Tubal disease, one of the many causes of female infertility, is a disorder in which the fallopian tubes are blocked or damaged. Your physician will review your medical history and do a complete pelvic exam to diagnose a tubal disorder. It is often necessary to undergo additional tests, including hysterosalpingogram and laparoscopy, to confirm the diagnosis.

Scar tissue, infections and tubal ligation are often causes of tubal disease. Scar tissue resulting from endometriosis or abdominal or gynecological surgery, such as bowel surgery, cesarean section or a ruptured appendix, can block an egg from entering or traveling down the fallopian tube to meet the sperm, preventing fertilization. Infections, including chlamydia, can damage the cilia, the tiny hairs lining the fallopian tubes that help transport the egg, often preventing the sperm and egg from meeting. One result of damaged cilia is an ectopic pregnancy, which occurs when an egg is fertilized but, due to the damaged cilia, it is unable to travel to the uterus, growing instead in the wall of the fallopian tube. This condition can result in rupture, internal bleeding and further tubal damage. Many women who have undergone tubal ligation, had their “tubes tied”, decide they want to have a baby at some point after the procedure. These patients most often undergo in vitro fertilization to bypass the blockage. In some rare cases, surgery can be done to reattach tubes after ligation.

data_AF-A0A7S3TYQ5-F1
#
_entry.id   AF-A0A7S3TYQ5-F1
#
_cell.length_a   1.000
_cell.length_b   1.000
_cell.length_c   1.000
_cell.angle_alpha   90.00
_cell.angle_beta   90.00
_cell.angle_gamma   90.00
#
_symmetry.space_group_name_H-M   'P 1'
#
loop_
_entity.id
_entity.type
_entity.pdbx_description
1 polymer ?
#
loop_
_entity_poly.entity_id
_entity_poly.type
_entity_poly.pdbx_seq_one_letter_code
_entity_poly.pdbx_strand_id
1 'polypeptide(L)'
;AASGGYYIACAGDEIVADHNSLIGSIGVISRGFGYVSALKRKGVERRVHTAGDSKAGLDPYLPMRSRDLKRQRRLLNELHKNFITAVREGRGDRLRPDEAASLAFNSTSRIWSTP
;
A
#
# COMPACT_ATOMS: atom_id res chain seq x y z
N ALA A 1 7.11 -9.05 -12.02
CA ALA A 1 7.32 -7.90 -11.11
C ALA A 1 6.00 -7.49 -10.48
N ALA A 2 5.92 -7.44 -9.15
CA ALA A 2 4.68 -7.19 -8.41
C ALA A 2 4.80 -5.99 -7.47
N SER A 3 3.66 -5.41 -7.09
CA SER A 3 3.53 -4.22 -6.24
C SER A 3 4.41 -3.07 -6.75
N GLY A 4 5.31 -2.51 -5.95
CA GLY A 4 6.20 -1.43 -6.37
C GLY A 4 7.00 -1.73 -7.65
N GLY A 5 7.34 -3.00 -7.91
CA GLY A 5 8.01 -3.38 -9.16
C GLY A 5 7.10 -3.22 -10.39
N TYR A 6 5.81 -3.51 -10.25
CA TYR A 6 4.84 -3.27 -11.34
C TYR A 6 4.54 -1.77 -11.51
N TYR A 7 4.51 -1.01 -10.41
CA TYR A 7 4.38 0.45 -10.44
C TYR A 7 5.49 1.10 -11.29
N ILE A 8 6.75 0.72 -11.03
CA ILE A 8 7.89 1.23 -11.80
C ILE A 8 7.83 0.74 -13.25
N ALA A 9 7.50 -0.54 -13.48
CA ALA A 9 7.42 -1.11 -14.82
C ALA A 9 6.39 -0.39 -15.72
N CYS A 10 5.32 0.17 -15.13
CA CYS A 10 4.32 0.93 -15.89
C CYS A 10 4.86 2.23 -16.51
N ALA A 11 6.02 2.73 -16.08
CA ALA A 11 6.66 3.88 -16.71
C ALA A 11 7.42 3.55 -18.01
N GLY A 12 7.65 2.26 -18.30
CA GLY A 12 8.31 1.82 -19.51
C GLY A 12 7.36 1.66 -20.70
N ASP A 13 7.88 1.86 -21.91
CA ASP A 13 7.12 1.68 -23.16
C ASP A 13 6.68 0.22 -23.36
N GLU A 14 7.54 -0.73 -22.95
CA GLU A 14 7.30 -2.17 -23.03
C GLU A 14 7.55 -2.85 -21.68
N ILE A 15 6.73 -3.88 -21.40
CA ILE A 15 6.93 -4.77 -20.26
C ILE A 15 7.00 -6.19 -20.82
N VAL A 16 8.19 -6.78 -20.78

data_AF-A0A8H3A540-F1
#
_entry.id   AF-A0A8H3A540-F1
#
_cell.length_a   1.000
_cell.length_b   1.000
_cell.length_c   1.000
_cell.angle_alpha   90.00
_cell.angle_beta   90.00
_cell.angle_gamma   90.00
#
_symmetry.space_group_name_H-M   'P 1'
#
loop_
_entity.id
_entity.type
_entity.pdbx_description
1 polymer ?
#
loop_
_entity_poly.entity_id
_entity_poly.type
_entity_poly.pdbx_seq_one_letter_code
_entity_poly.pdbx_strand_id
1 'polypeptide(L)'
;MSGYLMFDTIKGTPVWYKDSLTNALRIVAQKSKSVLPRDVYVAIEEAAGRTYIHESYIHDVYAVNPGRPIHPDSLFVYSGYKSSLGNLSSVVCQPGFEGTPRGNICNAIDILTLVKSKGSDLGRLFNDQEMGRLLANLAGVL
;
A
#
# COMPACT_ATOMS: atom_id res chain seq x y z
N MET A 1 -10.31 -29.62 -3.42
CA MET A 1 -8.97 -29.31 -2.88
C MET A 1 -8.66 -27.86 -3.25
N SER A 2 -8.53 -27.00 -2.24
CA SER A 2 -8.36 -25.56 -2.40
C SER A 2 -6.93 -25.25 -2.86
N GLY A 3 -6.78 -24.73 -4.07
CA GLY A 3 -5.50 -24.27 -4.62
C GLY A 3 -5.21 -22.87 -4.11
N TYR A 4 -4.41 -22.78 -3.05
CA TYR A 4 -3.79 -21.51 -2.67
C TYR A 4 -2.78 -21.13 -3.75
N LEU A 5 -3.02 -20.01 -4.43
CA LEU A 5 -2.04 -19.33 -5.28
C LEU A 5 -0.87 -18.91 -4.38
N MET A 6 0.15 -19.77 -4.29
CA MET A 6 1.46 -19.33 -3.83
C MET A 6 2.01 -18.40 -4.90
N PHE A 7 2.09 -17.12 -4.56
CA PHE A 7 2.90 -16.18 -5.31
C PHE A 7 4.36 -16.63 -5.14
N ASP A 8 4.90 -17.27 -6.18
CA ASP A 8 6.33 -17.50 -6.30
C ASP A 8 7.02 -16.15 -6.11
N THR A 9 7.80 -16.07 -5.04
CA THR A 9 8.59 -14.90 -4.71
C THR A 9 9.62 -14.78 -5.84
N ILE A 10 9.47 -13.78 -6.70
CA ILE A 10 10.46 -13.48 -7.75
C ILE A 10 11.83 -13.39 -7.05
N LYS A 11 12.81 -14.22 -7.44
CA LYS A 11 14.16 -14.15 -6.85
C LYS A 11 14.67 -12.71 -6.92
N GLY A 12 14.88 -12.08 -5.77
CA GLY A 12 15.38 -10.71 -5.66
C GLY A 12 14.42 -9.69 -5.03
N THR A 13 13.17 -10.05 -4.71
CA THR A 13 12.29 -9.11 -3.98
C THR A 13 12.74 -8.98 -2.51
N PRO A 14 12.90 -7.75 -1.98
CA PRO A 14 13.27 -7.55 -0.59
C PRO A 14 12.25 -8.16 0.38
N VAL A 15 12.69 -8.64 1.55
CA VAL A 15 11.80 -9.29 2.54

There are a number of treatment options available to overcome infertility caused by tubal disease. Your Georgia Reproductive Specialists physician will go over the options with you and together you will determine the treatment that will be most effective for you and lead to the desired outcome of having a baby. Successful treatment options used by the GRS physicians include surgical removal of scar tissue, surgical repair of damaged tubes, tubal ligation reversal or in vitro fertilization. IVF typically provides the best results; however, surgical approaches may be advisable due to insurance issues, or other pelvic findings such as hydrosalpinx or leiomyoma (fibroid).